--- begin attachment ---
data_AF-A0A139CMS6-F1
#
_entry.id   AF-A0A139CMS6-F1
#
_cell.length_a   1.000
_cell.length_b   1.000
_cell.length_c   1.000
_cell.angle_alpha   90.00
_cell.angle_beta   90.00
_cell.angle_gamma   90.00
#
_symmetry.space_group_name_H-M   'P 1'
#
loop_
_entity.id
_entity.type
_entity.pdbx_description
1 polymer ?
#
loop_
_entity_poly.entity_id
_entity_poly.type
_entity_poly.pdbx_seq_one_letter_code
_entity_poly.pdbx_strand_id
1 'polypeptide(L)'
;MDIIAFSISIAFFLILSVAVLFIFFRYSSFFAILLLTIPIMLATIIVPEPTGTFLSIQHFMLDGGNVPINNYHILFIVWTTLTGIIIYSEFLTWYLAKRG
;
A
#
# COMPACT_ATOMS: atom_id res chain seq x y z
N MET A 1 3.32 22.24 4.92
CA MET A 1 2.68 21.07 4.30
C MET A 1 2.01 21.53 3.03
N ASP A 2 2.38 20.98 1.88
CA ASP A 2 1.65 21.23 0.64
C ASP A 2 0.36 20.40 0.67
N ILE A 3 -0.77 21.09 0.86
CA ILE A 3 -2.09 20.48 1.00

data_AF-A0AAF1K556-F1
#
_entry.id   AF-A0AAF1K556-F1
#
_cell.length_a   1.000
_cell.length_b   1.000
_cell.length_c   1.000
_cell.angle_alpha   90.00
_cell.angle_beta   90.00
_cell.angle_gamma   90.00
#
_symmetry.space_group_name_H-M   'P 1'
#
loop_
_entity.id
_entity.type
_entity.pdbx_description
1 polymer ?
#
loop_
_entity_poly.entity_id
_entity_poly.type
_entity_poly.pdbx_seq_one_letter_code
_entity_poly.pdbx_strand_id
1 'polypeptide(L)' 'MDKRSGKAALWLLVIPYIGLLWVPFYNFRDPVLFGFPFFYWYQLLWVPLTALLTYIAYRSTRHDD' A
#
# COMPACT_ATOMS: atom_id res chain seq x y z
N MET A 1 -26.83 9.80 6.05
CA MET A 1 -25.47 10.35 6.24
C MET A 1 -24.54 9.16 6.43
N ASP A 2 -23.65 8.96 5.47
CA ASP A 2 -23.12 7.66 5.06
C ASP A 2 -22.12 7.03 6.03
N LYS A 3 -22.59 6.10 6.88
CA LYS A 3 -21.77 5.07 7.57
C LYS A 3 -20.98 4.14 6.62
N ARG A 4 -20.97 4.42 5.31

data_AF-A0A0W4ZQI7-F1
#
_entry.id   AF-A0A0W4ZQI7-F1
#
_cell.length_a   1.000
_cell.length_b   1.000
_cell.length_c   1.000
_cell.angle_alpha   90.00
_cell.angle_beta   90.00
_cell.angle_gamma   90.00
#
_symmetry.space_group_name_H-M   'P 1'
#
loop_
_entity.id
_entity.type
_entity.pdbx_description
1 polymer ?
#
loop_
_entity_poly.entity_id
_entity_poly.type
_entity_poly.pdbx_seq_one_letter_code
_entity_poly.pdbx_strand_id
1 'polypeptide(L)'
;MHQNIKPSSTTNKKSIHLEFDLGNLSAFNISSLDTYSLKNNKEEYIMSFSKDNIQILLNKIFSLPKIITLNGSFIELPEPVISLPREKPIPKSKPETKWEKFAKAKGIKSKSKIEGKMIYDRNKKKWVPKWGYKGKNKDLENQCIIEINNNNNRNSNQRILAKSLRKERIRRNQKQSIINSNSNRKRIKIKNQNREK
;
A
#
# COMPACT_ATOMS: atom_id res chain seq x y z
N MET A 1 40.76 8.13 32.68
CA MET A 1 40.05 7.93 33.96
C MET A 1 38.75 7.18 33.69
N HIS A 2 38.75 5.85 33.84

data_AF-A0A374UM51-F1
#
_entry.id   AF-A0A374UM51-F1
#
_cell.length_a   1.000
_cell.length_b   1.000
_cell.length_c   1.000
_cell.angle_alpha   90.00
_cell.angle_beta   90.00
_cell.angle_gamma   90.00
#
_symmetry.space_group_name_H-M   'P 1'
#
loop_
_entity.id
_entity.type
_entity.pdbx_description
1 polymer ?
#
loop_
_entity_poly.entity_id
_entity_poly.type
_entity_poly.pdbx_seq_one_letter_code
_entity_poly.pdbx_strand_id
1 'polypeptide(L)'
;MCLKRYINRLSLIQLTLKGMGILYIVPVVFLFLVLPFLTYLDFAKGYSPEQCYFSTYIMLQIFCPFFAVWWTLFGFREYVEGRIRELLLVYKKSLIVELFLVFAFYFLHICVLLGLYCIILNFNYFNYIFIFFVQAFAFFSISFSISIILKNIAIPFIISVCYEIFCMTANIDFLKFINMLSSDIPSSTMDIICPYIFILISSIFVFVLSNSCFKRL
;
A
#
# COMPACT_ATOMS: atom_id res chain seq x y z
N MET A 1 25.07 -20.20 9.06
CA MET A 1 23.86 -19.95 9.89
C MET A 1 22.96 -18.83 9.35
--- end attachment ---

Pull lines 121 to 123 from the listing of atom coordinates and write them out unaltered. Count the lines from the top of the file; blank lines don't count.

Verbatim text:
_symmetry.space_group_name_H-M   'P 1'
#
loop_